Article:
A Weekly Q&A Column About Professionalism, Etiquette and Problems in the Workplace
by Sue Morem
Overeducation, Interview Attire and Workplace Romances
Q: I am a 44-year-old woman with two master's degrees and I am expecting another degree from an Ivy League graduate school this month.
It doesn't seem to matter to employers what experience I have; they don't want to hire people who have more education than themselves. I bury my education at the bottom of my resume and have
different resumes and cover letters for different positions that I apply for.
I am interviewed by people who are much less educated than I am and they do not know what I'm talking about; they are inarticulate and unprofessional; and they are often jealous of my
education and appearance. (I happen to look much younger than my age and am considered to be an attractive woman.)
I have applied for approximately 100 positions in the area of training and development during the past five years and I have not been offered one position. I spoke with a career management
specialist, who said a degree in education can help an employer recognize skills in training, curriculum development, administration, and motivational talents. He also said he regards the
doctorate as a definite advantage in the job market. I can tell you from my many experiences that it is definitely a disadvantage in the corporate world. I have been offered fewer positions with
every degree earned.
---Tired of stupid people
Sue Says: Your signature reveals a lot about your attitude, which may be contributing to your inability to find a job. If you reread your letter, you will notice how judgmental you
tend to be of the people who are interviewing you. Is it possible that they sense your feeling of superiority?
While I don't doubt that your degrees contribute to your problem, there are many well-educated people who are able to find work in the fields of their choice. It is possible that it isn't
only your degrees that are in the way, but something less tangible--- perhaps in your demeanor or attitude. Consider working with a career counselor for an objective opinion.
Q: I am a paralegal and I have been with one company for almost eight years. I am looking for a new position and have started to prepare for job interviews. Do you think it is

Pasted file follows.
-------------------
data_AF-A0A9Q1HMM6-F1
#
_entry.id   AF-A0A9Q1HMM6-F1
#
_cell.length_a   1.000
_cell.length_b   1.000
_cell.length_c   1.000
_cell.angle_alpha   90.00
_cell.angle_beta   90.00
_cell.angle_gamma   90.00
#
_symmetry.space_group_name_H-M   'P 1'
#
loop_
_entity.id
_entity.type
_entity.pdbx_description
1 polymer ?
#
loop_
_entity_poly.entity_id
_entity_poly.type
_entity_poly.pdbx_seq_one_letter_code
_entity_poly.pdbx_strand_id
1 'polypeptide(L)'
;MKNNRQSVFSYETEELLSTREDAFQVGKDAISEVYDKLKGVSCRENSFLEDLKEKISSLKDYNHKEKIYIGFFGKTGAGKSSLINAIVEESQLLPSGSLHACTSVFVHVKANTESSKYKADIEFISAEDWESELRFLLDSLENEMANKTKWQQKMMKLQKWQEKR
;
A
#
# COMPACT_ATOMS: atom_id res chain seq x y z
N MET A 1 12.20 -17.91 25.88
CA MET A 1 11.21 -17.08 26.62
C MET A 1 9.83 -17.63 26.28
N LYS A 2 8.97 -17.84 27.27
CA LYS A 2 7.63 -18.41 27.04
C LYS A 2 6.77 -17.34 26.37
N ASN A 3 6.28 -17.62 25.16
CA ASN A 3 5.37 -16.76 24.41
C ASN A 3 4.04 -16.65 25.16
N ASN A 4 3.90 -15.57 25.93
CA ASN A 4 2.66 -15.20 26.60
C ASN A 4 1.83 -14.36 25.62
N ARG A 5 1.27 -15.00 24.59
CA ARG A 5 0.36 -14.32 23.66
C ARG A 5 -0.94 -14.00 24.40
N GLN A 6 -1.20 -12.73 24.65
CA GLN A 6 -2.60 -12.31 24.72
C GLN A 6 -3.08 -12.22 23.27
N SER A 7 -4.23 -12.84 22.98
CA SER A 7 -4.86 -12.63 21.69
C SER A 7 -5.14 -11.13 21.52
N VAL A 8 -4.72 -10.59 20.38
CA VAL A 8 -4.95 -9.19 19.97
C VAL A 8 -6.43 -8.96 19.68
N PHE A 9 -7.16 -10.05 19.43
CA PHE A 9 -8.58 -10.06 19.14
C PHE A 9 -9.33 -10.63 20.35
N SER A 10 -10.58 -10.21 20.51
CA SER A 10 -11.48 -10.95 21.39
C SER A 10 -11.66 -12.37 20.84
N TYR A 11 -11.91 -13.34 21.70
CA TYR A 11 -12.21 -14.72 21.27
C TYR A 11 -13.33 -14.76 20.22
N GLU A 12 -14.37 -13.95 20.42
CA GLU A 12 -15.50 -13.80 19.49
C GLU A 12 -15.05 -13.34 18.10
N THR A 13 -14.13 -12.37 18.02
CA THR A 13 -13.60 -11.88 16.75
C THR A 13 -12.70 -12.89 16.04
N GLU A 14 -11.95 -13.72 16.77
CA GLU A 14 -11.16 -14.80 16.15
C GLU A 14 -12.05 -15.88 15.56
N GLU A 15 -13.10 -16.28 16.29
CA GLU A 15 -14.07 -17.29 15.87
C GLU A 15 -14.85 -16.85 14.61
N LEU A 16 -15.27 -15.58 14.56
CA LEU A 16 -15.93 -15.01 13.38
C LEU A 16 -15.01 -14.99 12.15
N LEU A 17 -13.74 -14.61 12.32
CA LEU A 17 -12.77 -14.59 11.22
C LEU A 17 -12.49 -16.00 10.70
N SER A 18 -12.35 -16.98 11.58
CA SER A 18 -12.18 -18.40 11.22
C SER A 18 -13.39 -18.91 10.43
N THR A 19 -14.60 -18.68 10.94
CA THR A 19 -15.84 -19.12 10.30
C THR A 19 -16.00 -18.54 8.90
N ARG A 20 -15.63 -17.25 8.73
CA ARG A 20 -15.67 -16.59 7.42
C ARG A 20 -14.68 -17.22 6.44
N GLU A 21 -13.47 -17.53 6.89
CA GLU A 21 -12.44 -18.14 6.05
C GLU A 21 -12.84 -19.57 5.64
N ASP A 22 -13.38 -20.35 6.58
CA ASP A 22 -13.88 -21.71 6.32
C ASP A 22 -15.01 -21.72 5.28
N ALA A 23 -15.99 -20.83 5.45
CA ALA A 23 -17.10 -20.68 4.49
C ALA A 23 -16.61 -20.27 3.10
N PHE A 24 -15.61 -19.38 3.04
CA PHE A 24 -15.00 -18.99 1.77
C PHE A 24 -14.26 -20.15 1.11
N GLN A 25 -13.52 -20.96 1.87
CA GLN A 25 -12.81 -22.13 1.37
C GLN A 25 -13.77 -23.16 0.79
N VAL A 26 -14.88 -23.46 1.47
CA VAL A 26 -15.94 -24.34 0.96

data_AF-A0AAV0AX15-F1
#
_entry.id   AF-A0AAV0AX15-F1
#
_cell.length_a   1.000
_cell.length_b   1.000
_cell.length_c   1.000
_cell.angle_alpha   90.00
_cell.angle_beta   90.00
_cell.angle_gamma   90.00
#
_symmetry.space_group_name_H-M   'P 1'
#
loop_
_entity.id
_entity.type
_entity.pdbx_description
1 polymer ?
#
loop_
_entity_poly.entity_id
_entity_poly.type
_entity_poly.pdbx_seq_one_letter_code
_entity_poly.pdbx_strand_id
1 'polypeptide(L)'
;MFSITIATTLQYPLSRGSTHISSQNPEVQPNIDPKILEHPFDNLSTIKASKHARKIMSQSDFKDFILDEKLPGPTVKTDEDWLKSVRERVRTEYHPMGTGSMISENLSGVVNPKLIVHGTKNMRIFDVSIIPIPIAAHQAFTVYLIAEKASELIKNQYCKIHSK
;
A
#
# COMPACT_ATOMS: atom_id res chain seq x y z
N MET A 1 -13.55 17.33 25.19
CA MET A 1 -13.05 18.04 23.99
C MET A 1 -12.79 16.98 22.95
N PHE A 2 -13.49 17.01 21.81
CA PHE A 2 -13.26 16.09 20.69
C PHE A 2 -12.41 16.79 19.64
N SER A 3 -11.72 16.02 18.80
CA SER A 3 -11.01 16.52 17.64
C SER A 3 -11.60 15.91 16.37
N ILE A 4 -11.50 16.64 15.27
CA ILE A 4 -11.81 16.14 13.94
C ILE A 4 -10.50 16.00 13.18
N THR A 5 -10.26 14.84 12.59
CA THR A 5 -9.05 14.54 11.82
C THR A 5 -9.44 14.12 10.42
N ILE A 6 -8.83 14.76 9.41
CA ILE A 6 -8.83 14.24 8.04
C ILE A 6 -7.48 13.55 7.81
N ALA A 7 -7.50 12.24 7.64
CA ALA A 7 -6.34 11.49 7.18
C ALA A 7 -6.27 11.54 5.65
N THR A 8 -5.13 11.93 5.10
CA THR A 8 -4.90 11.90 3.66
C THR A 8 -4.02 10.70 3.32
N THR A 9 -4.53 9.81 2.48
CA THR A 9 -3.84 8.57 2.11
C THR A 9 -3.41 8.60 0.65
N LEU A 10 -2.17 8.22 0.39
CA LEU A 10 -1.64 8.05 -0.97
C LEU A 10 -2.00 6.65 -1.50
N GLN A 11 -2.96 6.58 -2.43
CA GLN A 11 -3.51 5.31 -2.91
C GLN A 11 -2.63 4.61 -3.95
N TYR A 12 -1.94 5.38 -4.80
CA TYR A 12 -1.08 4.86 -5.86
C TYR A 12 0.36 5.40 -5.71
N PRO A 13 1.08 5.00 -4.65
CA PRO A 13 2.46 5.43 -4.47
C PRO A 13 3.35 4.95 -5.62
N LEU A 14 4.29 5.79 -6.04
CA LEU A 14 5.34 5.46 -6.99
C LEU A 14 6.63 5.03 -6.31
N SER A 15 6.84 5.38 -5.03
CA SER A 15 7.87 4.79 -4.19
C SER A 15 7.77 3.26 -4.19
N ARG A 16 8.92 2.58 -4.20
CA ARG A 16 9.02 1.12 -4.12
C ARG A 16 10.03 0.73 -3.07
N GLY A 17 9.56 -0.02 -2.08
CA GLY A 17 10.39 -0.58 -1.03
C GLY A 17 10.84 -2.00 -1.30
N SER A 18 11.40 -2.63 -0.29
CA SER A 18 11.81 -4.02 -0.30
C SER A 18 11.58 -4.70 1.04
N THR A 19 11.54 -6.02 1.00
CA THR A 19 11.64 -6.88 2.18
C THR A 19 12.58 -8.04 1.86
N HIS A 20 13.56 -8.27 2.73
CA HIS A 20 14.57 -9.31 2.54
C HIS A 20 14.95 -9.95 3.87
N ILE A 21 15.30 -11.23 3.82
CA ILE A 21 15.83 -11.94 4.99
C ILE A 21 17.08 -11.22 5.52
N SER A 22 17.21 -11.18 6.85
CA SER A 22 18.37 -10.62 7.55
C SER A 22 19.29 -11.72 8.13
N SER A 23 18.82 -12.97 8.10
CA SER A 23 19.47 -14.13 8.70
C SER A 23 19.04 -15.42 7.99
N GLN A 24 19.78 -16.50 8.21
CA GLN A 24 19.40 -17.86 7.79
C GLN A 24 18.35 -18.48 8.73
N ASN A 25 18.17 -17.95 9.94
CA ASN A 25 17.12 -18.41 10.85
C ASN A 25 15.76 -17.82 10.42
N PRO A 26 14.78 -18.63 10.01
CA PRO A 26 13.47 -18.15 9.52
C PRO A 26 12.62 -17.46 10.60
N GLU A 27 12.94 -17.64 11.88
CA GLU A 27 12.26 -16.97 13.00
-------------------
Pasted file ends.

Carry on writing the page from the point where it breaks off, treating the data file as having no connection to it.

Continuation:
appropriate for a woman to wear a business pantsuit instead of a skirt? Do you have any other comments on dressing for interviews?
Sue Says: Before the interview, check out the culture of the organization. What you wear should be appropriate to the industry in which you are interviewing. If it is conservative,
then you should opt for a traditional suit with a skirt. If the atmosphere is more relaxed or has a casual dress policy, then a pantsuit is a good choice. The pantsuit is becoming a business
basic, but has not yet replaced the suit with a skirt as the most formal of the many clothing choices women have in business.
When going on an interview, wear simple, classic clothing in neutral colors--nothing too trendy or unusual. A suit is always a good choice for both men and women.
Q: I am getting signals from a coworker that makes me think she is interested in me. Our employer doesn't have any rules prohibiting dating between employees. I am looking for an
unbiased opinion on whether I should pursue this further.
Sue Says: Assuming you both are single and available, you have nothing to lose by asking her out. However, I am sure people who have been involved in an office romance are in a better
position to advise you on some of the challenges involved. I'd like to invite others to respond and I will share the responses in another column.
Sue Morem is a professional speaker, trainer and syndicated columnist. She
is author of the newly released
101 Tips for Graduates and
How to Gain the Professional Edge, Second Edition. You can contact her by email at
firstname.lastname@example.org or visit her web site at
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